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The book is designed to address the concept, theory and practice of international development in all its different dimensions. It explores the key areas of international development and the changes that have taken place since the start of the development era in the middle of the 20th century through to the third decade of the 21st century. This transformative era has seen the rise of new concepts and theories in a period also marked by the rise of globalisation and growing concerns about the global environment and the possibility of sustainable development. The first part of the book provides an overview of the challenge of development, different ways of mapping and measuring progress, competing theoretical perspectives, and the dilemmas of development associated with globalisation. Part two of the book reviews the specific development challenges that impact on many different areas, including population, food and famine, poverty and inequality, health and education. The discussion of these areas of social and human development demonstrates their interconnectedness, and provides insights into where the developing world may be heading. In looking to the future, the very strong connections between new digital technologies, a green environment and gender equality, are given close attention, before moving on to consider whether and how international development can be made sustainable.

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The third chapter is about mapping and measuring development, as reflected in a conceptual shift from the Third World to the Global South. The emergence of related concepts such as the ‘developing world’ and ‘emerging countries’ is examined in relation to the new ways of identifying and comparing different levels of development. The introduction of key graphical indicators such as the Brandt Line, and a wide range of concepts to describe countries in need of development, such as the Underdeveloped World, the Poor World and the Less Developed World, are also examined. Relatedly, the range of different ways of measuring development are explored, from Gross National Income (GNI) per capita to World development Indicators (WDI) and the Human Development Index (HDI). The chapter concludes by pointing out that shifts in mapping and measuring development are likely to continue through the 21st century.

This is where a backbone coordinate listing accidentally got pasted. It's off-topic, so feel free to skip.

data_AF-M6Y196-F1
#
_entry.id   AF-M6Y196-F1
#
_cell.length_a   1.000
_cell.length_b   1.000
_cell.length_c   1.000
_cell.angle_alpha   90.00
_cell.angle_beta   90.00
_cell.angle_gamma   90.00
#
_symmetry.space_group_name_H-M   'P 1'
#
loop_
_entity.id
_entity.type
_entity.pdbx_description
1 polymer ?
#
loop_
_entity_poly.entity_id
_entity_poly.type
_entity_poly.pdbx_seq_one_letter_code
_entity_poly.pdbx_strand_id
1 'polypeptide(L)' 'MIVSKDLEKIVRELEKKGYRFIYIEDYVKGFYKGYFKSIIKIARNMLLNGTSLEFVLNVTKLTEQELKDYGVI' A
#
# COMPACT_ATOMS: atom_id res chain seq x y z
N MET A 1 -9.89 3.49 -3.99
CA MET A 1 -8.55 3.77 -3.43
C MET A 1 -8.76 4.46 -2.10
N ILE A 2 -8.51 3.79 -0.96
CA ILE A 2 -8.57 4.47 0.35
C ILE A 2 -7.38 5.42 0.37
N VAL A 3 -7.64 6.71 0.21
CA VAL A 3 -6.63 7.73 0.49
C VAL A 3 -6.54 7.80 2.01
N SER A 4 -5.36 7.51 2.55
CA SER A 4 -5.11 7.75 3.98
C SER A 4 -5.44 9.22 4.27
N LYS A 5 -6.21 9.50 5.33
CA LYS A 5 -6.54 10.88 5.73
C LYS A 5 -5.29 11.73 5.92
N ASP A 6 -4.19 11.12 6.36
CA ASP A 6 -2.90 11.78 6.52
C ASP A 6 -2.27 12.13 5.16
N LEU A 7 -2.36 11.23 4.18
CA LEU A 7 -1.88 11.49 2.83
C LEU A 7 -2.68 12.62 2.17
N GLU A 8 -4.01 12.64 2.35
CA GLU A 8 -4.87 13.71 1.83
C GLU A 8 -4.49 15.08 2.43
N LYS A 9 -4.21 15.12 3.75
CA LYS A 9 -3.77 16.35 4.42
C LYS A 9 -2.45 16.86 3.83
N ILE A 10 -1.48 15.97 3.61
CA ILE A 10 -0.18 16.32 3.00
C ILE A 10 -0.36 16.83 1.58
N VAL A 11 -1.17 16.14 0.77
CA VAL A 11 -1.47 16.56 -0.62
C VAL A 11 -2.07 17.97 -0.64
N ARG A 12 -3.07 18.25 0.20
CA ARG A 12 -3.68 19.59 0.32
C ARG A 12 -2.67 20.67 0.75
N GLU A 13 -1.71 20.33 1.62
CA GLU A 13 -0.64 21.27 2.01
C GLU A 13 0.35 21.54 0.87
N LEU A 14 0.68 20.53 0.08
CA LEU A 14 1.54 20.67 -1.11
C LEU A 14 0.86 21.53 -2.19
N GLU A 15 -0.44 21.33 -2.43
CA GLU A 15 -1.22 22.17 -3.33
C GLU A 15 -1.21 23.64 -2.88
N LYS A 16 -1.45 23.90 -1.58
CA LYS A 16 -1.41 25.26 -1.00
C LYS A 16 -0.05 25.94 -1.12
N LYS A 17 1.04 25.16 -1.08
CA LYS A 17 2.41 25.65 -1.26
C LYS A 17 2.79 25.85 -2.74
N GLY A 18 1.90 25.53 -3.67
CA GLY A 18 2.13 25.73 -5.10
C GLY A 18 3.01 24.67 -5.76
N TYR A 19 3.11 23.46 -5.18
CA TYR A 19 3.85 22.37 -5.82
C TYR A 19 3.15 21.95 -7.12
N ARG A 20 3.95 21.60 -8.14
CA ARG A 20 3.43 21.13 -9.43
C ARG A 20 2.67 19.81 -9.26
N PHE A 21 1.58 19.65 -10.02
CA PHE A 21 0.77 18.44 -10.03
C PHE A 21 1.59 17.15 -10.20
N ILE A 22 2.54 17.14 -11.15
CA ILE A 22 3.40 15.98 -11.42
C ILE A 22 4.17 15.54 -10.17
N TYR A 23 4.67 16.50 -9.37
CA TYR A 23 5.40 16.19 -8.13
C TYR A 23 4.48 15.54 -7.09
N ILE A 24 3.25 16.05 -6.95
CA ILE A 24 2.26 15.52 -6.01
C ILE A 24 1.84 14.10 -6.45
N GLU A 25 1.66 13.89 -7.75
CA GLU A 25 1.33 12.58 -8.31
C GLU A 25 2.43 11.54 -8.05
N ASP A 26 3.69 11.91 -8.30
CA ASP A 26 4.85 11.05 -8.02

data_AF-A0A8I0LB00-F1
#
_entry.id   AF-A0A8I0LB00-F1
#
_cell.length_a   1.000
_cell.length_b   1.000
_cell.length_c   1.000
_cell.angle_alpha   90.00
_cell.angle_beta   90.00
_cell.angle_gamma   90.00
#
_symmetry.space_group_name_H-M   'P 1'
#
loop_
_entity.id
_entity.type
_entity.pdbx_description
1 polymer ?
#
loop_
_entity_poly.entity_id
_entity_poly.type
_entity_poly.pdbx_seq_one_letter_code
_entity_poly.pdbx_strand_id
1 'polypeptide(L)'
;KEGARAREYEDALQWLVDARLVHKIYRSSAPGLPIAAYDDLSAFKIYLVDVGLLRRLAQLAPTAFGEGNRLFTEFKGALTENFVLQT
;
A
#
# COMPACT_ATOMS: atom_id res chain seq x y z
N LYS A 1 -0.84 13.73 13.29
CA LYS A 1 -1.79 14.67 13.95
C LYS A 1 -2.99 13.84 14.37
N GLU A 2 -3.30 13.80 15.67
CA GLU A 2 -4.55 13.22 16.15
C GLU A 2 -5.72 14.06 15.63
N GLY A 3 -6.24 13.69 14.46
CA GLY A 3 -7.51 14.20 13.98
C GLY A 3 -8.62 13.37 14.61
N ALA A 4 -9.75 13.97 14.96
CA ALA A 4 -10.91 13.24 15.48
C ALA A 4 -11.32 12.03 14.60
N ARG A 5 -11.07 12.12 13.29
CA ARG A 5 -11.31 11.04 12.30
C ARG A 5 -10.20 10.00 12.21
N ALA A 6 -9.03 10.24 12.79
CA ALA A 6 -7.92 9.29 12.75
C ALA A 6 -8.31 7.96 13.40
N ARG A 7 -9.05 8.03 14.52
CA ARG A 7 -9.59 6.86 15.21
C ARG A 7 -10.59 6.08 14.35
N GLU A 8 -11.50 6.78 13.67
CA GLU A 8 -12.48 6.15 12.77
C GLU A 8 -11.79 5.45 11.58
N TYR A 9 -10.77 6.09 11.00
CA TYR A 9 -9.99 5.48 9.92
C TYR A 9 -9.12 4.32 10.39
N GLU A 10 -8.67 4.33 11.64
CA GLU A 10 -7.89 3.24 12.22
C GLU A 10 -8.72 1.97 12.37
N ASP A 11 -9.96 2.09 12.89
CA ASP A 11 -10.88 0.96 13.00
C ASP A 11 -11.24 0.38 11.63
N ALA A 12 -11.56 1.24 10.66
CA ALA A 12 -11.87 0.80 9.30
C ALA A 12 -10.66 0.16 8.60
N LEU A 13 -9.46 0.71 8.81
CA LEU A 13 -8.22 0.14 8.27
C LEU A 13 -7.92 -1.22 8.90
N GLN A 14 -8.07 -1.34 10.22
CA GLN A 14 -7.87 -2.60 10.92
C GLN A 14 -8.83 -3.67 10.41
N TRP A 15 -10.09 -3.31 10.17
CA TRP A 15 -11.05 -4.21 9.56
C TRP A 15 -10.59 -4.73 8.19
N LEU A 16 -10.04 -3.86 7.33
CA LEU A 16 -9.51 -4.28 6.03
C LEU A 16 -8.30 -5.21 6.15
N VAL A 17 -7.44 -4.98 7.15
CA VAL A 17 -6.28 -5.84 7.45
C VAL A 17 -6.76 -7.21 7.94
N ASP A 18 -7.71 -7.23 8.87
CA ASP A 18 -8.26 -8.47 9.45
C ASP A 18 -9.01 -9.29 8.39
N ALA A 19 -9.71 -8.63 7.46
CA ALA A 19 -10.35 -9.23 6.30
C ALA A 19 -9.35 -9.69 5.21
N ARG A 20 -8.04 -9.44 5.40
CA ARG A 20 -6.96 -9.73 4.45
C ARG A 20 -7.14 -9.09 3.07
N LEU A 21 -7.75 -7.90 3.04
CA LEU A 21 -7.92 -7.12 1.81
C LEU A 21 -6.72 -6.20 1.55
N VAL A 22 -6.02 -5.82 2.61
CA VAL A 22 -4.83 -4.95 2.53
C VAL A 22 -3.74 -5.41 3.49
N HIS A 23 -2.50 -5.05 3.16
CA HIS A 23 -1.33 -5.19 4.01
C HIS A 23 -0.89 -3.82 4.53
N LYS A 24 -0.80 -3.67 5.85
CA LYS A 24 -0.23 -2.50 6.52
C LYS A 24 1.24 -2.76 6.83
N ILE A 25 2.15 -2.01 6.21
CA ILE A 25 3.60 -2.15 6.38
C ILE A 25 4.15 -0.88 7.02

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Chapter 5 addresses the rise of globalisation and its significance for development. After carefully examining the concept of ‘globalisation’ and its key features, the chapter moves on to consider the various perspectives on globalisation that have emerged, from the hyperglobalist to the internationalist and transformationalist approaches. The impact of globalisation on the world is discussed in relation to the idea of ‘a shrinking world’ and the need to recognise the multidimensional and multidirectional nature of globalisation and its impact on development and the Global South. This involves the examination of three essential dimensions of globalisation: techno-economic, socio-political, and cultural-civilisational. In exploring these, specific areas such as trade, travel and tourism are introduced into the discussion. The chapter concludes by considering whether globalisation is good or bad for development, and also makes reference to the impact of the Coronavirus on globalisation in the third decade of the 21st century.